In the first five months of 2020, Chinese outbound mergers and acquisitions declined 71% in volume and 88% in value terms compared to the same period last year, the authors note. The number of newly announced outbound transactions in January-May 2020 sank to 30 per month, compared to an average of around 90 per month between 2016 and 2018. The average monthly value of outbound transactions so far this year is $1.3 billion, a far cry from the $20 billion monthly average in 2016 at the height of China’s foreign acquisition boom.
Political allergy to China has been manifest on both sides of the Atlantic in recent months. The European Commission this week announced new measures designed to prevent foreign investors from using government support to outbid competitors for European assets. European business leaders still lament the Chinese appliance maker Midea’s 2016 acquisition of German robotics maker Kuka and Zhejiang Geely Holdings’ 2010 purchase of Sweden’s Volvo. Until recently the latter of those two deals had been seen as a success; Geely invested billions in Volvo and granted near-complete autonomy, and revenue grew tenfold over the past decade. But this year Geely CEO Li Shufu announced plans to merge Volvo Cars with Geely Auto, creating an entirely new global company—and provoking consternation in Sweden.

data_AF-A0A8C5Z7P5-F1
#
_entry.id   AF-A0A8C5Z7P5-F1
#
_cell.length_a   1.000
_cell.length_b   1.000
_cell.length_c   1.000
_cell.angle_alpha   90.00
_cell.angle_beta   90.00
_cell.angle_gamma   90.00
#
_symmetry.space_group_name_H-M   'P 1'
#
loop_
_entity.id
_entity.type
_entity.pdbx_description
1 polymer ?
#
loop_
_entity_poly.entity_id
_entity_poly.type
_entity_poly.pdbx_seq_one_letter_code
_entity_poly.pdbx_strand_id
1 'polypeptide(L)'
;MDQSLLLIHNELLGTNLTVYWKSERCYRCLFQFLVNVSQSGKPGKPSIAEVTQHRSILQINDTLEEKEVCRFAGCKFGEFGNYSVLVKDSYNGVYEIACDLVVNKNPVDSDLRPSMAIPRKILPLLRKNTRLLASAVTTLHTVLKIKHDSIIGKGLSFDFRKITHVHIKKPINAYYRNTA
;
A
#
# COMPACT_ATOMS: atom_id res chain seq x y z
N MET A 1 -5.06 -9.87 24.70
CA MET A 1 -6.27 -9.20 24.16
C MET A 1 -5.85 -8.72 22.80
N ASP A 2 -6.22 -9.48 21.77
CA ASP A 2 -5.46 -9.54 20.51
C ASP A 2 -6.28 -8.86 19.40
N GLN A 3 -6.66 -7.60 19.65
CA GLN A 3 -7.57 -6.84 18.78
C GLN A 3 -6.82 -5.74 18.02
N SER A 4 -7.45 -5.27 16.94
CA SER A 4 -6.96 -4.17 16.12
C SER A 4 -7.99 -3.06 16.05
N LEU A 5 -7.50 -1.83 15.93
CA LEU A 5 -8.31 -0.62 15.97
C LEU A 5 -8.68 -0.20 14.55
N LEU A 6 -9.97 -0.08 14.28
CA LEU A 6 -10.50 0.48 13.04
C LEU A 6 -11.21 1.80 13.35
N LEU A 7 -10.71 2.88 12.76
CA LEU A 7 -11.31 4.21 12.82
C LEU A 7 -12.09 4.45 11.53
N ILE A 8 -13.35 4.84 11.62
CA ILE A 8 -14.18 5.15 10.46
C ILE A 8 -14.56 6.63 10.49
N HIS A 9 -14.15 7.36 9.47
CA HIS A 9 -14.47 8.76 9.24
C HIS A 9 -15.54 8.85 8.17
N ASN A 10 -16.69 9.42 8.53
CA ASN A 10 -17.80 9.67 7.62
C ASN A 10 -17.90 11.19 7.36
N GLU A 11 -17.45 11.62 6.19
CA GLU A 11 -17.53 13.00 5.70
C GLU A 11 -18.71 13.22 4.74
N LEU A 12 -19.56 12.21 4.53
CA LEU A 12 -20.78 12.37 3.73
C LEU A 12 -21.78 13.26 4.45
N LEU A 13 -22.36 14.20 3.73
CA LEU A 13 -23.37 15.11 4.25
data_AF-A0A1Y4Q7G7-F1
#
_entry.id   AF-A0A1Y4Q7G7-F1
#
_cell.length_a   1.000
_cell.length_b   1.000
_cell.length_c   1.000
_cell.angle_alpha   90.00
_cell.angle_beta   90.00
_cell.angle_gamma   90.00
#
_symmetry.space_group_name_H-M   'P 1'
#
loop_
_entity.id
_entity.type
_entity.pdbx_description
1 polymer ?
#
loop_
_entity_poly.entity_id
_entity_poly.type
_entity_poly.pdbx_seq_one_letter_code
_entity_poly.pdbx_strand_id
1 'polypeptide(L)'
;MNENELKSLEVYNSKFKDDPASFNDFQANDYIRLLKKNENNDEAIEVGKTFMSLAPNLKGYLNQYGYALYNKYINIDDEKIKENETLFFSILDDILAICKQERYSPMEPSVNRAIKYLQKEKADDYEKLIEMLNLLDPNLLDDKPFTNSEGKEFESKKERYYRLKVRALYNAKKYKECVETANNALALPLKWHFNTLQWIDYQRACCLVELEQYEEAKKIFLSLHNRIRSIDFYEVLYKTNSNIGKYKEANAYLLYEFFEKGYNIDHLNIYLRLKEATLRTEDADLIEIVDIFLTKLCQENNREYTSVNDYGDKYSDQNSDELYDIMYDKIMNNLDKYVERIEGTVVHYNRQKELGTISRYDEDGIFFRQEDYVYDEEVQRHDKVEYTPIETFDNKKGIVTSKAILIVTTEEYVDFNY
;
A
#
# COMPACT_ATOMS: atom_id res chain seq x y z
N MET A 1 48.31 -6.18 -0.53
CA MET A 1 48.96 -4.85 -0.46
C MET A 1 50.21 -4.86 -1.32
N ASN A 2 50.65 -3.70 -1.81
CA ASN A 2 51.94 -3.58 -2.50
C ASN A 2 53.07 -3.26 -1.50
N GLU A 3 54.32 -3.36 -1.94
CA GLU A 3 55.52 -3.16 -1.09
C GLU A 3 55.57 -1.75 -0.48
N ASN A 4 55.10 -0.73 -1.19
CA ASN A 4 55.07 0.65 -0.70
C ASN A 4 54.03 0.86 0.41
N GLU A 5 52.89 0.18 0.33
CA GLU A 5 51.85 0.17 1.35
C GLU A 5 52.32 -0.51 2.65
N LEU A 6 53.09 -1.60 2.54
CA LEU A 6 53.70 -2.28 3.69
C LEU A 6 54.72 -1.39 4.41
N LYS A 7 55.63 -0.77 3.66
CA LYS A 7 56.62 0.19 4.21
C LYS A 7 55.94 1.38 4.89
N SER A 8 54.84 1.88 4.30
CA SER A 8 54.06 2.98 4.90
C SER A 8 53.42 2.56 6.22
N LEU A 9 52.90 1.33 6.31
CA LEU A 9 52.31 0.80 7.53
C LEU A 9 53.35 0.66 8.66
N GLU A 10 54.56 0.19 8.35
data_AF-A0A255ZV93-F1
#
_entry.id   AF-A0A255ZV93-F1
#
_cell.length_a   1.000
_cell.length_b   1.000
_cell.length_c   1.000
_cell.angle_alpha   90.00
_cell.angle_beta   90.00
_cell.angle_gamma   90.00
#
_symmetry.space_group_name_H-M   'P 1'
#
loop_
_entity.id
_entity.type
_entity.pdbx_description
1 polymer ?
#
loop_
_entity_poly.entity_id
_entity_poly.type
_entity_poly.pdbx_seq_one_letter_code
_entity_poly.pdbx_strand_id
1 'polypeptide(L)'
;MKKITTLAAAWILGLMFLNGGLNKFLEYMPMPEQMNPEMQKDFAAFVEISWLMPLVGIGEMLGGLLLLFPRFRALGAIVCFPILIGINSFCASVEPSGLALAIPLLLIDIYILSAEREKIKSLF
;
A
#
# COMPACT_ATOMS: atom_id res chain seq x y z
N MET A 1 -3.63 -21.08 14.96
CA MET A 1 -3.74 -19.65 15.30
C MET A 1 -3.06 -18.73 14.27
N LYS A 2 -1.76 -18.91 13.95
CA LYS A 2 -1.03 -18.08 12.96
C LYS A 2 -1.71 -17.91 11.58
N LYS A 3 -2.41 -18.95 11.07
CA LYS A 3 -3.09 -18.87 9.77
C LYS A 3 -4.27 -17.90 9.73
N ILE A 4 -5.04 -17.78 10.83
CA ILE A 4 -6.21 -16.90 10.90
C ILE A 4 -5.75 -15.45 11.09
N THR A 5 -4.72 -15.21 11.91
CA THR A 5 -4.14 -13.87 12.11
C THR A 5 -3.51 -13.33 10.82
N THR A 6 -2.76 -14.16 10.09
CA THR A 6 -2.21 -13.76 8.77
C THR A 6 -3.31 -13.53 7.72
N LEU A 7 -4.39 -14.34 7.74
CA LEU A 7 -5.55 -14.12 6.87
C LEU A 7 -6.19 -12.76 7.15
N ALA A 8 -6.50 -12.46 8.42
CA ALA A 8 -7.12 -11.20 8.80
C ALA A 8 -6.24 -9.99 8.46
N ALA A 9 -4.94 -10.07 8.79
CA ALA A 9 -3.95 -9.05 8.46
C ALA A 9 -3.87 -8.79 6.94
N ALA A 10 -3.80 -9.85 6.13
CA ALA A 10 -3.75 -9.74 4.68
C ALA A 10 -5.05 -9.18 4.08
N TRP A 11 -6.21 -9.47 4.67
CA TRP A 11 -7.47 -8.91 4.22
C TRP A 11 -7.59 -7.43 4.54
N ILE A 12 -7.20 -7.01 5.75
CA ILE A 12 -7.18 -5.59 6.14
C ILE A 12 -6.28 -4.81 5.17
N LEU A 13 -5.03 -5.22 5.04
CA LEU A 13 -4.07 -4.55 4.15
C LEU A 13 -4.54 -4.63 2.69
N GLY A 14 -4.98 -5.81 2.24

In the U.S., a group of seven U.S. senators warned Treasury Secretary Steven Mnuchin in a letter last month that “government-backed Chinese companies are reportedly approaching banks to identify and facilitate the purchase of American and European companies affected by the pandemic.” The group urged Mnuchin to move swiftly to protect U.S. companies from Chinese predators.